by Mark O’Byrne, GoldCore:
In our latest video update, we consider the performance of markets in a volatile October. Stock markets globally fell sharply while gold acted as a hedge in all currencies, rising 1.7% in dollars, 4.4% in euro terms and 4.2% in sterling terms.
Stocks Fall Sharply in October
The S&P 500 is just short of a 10% decline from its record September high and remains on pace for the worst month since 2009. It has fallen from a record high of 2930 to 2640. In October alone, the S&P is down 7.3%.
Asian shares as represented by the MSCI Asia Pacific Index have entered a bear market. Many Asian stock indices, including China, fell into a bear market last week amid the global sell-off and China is down a large 30%. Japan and Australia are down nearly 15% from recent peaks
From their 52-week highs, the big tech stocks, the FANGs are down sharply: FB -33.9% AMZN -23.8% NFLX -32.8% GOOGL -18.0% and the FANG index is now in bear market territory.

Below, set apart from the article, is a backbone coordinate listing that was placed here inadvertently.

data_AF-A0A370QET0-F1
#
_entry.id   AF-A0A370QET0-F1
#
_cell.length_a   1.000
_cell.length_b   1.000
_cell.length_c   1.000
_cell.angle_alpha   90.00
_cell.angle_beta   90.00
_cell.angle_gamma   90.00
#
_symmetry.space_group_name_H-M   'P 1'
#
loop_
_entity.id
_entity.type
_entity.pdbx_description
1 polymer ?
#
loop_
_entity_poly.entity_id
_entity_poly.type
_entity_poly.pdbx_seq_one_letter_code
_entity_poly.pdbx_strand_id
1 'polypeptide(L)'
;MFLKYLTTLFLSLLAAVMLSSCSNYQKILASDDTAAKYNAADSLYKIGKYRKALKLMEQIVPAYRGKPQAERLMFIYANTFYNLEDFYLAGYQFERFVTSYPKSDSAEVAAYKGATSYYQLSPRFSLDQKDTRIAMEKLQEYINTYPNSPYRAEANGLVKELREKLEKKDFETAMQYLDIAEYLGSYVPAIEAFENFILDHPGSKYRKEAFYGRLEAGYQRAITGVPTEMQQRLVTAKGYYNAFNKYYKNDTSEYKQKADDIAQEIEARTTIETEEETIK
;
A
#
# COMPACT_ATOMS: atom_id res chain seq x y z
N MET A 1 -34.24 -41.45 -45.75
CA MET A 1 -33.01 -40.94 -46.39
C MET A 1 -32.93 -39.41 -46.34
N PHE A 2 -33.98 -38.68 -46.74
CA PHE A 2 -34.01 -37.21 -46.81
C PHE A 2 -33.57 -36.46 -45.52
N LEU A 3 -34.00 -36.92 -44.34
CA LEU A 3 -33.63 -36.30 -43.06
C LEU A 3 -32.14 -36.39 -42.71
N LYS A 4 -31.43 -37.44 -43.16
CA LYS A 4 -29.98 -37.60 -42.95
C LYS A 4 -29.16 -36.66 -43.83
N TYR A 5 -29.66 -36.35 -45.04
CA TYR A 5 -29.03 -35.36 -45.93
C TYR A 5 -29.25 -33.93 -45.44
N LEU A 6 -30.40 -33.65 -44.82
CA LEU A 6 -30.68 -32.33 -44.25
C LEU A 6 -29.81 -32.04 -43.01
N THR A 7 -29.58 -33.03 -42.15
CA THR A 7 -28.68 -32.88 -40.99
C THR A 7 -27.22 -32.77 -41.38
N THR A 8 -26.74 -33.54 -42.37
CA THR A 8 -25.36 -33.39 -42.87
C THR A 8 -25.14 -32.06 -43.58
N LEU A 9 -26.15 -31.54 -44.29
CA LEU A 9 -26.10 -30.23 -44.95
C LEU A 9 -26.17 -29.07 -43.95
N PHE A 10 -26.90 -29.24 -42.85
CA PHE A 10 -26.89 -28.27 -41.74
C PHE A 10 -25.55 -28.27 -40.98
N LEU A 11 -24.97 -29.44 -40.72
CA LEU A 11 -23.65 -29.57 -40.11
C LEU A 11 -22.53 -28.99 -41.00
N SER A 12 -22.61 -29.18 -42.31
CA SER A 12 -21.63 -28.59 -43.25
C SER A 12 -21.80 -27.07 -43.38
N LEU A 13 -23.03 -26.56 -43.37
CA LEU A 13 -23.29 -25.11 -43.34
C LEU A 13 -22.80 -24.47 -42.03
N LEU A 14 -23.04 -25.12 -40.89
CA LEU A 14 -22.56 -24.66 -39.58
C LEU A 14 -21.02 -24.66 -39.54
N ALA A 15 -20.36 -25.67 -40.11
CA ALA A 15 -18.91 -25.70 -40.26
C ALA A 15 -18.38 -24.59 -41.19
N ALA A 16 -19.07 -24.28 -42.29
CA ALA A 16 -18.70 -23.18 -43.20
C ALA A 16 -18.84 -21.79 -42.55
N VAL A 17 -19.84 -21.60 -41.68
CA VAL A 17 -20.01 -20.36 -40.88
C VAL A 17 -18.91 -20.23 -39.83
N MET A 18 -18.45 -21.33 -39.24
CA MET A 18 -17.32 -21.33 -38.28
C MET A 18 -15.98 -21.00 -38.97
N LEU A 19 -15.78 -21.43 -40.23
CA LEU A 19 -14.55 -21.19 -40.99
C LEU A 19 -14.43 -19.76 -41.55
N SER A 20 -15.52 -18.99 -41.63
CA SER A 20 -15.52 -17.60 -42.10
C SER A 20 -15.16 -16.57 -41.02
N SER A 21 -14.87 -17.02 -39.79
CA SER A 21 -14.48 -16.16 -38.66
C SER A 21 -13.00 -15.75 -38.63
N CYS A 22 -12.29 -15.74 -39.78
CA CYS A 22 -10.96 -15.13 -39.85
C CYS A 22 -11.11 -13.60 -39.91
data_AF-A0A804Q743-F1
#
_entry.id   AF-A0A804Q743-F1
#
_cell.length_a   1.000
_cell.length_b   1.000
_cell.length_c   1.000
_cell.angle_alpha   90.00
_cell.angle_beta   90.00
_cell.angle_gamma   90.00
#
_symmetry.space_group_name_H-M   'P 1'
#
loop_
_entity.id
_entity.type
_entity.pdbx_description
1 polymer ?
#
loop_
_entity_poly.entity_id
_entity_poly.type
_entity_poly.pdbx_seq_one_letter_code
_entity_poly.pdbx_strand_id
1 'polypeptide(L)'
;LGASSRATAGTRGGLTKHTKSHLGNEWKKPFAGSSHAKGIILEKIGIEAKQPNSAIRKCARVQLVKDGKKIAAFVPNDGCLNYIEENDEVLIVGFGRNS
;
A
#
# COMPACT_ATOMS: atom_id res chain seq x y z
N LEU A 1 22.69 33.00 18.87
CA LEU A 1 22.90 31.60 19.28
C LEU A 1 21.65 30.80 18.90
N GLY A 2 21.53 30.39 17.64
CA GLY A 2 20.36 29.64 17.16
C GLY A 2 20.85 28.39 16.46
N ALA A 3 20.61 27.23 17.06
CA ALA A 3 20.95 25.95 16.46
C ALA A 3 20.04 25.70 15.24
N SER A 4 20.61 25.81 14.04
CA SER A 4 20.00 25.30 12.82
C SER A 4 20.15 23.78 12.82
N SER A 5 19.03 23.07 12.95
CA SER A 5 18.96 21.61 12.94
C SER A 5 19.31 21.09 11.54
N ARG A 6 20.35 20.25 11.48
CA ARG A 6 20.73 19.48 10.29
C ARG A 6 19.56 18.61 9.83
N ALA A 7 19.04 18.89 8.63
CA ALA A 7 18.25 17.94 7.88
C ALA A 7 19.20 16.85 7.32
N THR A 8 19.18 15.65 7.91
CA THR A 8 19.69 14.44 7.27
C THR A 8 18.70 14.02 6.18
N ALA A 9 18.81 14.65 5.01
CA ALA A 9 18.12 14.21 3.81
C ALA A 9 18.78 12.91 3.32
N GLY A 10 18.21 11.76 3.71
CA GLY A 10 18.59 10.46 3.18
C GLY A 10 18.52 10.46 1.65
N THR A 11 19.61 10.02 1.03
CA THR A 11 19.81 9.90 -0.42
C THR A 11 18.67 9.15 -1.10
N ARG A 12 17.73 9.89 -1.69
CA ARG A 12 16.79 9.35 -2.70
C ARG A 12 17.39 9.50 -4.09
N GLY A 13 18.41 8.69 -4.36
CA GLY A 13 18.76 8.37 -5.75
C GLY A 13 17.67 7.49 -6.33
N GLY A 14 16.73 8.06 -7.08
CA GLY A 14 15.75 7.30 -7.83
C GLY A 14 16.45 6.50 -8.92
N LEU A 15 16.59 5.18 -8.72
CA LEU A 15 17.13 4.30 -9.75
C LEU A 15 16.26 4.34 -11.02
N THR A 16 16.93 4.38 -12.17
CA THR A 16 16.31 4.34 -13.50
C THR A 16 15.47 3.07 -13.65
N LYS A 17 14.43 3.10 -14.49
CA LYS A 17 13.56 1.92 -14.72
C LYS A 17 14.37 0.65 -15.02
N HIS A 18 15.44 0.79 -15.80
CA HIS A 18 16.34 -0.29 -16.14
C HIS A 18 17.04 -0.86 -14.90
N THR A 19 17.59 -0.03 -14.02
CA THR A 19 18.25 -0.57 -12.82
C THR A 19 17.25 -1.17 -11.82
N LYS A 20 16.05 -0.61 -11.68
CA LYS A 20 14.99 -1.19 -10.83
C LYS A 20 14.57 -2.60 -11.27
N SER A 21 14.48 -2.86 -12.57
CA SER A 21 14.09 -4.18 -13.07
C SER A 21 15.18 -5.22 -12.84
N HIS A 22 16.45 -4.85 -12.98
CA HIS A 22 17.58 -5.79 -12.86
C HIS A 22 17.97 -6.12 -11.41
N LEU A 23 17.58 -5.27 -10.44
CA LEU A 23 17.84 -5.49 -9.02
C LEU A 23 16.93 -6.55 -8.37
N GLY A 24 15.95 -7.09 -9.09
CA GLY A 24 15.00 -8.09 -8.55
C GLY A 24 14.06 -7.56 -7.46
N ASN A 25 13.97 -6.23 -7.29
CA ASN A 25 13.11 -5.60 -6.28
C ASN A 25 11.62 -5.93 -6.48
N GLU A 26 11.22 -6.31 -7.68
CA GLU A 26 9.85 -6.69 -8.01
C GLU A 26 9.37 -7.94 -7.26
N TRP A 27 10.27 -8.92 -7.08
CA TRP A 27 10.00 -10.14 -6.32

Is this a correction or the start of a bear market or crash? We are not betting people at GoldCore but if we had to bet, our money is on one of the latter two – a bear market or a crash in the coming months.
Property Falls Continue
House prices in over valued markets continue to fall with Australia being at the vanguard in this regard. House prices are ‘falling by over $1,000 a week’ in Sydney and Melbourne according to Deloitte.
In the UK, the housing market, particularly in London, continues to slow down. UK house asking prices have been slashed and asking prices of almost two-in-five properties for sale in Britain has been reduced by an average of more than £26,000.
In London, 39.5 per cent of property listings have been reduced in price. Kensington and Chelsea registered the biggest drop in cash terms with an average discount of £127,394.
In Ireland, the Dublin housing boom looks vulnerable and weakness has crept into the higher end of the prime Dublin housing market as Brexit jitters deepen.
Many political, economic and financial risks have been ‘bubbling’ away under the surface and were being ignored as risk assets, especially U.S. stocks, kept marching higher.